Tuesday, September 30, 2008

Hyper-V and recursive virtualization

After I got ESXi to run inside of Workstation 6.5. I asked myself, "Can Hyper-V run within Workstation 6.5?"

Well, the role installs, and I can create Hyper-V virtual machines, but I can't start them:

Note that I have two VMs running. The main VM in the screen shot is my Server 2008 Enterprise Full Domain Controller while the Server 2008 x64 Enterprise Core Hyper-V server. I made the same modification to the Core VMX as I did for the ESXi-3 VM from my earlier post. The Hyper-V role installed and updated fine. As you can see from the screen shot, I was able to manage Hyper-V remotely and create a VM. When I connect to the VM to start it, it displays the error message that it cannot create the partition because of an unspecified error 0x80004005. There aren't many search results about this error with Hyper-V other than two forum posts (one of which I posted an updated error message). There are some results about the error code.

I attempted the same thing in a Full installation and the Hyper-V installation was prevented by ServerManager. Is possible that ocsetup, the utility which installs Hyper-V in CORE does not properly detect VT and DEP capabilities and thus allows installation on non-Hyper-V supported hardware? I ran ocsetup on the Full installation, and the role installs just fine....

An error occurs upon attempting to start the VMbus:

John Howard mentions that this could happen if resources are scarce. In my instance, I confirm that it is unsupported hardware with no driver:

Looks like Hyper-V isn't actually running. Apparently ocsetup doesn't prevent installation of Hyper-V as ServerManager does...

Graphical ImageX

While using WDS, the imagex binary is at the forefront of WIM creation. Apparently, there is a graphical front end, GImageX! This is fun, and exciting. An intuitive tabbed interface immediately enables you to hone in on imaging process you're about to undertake.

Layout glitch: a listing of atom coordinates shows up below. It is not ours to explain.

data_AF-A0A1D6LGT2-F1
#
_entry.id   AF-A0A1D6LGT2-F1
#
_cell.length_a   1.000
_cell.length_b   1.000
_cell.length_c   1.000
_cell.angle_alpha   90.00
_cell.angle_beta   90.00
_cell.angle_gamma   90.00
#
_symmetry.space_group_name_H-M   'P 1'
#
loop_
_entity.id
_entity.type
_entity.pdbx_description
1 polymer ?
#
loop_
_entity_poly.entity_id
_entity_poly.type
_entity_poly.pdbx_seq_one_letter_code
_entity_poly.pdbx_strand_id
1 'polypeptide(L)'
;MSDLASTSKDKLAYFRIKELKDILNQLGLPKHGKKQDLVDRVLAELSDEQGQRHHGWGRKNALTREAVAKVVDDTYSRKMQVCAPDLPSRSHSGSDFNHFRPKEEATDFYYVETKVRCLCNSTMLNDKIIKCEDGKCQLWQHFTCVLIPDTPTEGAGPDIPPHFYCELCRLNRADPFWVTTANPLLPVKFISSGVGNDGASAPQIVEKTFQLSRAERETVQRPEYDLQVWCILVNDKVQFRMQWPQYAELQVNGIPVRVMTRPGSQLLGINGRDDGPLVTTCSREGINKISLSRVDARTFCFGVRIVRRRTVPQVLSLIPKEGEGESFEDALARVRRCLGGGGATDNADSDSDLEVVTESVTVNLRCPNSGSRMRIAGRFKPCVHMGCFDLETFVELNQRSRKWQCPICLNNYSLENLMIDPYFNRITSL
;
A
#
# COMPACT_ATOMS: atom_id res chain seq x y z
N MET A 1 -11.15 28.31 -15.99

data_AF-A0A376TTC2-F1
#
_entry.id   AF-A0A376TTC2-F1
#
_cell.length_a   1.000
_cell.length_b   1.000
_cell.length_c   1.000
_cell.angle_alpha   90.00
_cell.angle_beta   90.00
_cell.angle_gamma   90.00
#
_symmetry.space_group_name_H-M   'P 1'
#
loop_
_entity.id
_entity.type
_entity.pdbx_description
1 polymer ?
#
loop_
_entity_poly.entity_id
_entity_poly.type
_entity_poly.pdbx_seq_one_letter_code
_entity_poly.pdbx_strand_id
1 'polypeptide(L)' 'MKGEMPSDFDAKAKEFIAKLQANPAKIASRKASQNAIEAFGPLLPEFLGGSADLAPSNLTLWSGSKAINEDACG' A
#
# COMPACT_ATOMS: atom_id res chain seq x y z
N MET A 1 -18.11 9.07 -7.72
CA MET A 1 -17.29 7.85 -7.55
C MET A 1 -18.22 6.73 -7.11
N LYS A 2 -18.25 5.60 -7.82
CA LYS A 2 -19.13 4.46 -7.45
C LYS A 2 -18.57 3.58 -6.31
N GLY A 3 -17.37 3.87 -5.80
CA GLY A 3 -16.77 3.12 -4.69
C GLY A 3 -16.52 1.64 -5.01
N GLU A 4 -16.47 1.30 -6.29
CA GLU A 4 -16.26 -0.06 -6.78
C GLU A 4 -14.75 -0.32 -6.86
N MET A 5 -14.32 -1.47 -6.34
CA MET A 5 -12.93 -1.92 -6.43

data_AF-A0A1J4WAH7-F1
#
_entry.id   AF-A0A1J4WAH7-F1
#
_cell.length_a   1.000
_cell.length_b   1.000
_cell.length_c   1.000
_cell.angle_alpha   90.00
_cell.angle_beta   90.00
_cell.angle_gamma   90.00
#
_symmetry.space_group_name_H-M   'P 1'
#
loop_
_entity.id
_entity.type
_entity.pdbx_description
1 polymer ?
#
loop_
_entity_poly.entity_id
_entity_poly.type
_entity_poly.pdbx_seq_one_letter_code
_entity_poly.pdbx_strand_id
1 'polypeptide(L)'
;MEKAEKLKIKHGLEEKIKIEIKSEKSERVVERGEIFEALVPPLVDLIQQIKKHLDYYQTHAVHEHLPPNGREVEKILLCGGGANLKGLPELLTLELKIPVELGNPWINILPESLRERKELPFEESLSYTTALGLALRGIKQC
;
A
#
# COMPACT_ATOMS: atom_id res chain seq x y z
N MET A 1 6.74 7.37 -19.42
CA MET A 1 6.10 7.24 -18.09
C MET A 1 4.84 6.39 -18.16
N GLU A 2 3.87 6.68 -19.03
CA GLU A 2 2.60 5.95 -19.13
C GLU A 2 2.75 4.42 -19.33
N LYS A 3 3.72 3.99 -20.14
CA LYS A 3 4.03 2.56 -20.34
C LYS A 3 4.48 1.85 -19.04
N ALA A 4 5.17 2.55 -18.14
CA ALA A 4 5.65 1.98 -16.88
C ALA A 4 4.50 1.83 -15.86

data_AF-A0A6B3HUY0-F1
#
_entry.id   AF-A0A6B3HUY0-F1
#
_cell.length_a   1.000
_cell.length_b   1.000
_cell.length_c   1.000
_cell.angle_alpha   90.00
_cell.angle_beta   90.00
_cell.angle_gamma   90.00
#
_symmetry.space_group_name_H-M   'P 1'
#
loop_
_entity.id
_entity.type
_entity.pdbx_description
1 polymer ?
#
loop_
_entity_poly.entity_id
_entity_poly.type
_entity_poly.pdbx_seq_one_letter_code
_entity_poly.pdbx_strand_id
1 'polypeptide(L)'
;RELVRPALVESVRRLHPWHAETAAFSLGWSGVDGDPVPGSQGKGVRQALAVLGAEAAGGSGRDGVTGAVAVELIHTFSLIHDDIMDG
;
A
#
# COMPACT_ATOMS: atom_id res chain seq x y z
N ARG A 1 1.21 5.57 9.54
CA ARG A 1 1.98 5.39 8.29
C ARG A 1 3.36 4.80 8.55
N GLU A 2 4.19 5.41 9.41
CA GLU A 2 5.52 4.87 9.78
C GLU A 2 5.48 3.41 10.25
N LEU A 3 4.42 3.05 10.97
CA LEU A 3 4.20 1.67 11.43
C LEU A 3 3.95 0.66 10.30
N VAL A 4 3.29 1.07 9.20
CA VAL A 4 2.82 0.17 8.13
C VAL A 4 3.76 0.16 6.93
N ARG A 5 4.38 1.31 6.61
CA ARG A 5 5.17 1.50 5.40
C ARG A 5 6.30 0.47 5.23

While I was playing with ImageX this summer at RIT, I was injecting large VMDKs into a mounted, writeable WIM. When I unmounted and committed changes, it would take an incredibly long amount of time to unmount. So long so that, at times, it appeared like the utility 'froze' because there was no significant resource usage displayed in the Windows Resource Monitor or Task Manager. So, I launched process explorer and filtered events related to imagex. Sure enough, there are a ton of events occuring that relate directly to imagex; therefore, it's not 'frozen.'' It was definitely annoying that there is no progress bar or good indication that the utility is still running successfully.

One of the first things I wanted to discover about GImageX was how the utility handled these unmount commit scenarios. Well, the good news is, there was a significant amount of disk usage directly from gimagex.exe throughout the few minute unmount. Further, there is a little cursor inside the dialog showing that the program is indeed still working. Since this is a GUI, you can tell that the application has still responding because you can move its windows.

First impressions of this utility are very high. I'm happy that I bumped into it from Ulli's latest post about the ESX Bandit.

ESX inside of Workstation

I stumbled upon a post about running ESX inside of VMware Workstation.  While I'm not sure of the practicality behind recursive virtualization, I want to see this working.  This post is a walkthrough of my ESXinsideWS process.

For background, I've been running the WS6.5 beta since the beta program started.  Recently, WS6.5 was publically released.  So, now, I'm running the first public release of WS6.5.  Further, my computer operates the MSI P6NSLI Platinum motherboard, with a Intel E6550 Core 2 Duo @ 2.33Ghz with 4GB of DDR2 800 G.Skill memory.

I set out to create a WS6.5 VM from just Eric's post.  This first VM is based on the Other Linux 2.6 Kernel 64-bit with 2 processors and an IDE disk.  I followed the recommendation from Ulli in Eric's post and added the following lines to the VMX prior to startup.  I also made sure the network adapters abstracted e1000.

monitor.virtual_exec = "hardware" 
monitor_control.restrict_backdoor = "true" 

PSOD when I launch the installer:

The second VM I created was based on the Other Linux 2.6 Kernel with one CPU and IDE disks.  Note that this time, I chose not to use either 64-bit or two CPUs.  This first time I started this second VM, a dialog stating that my CPU had been disabled!  Oh no!

Then, the following error reveals the cause.  I configured it to operate with 620MB of memory.  Apparently this is insufficient.

OK, so I increased the RAM to 1536 and the installer got farther, and displayed a new error.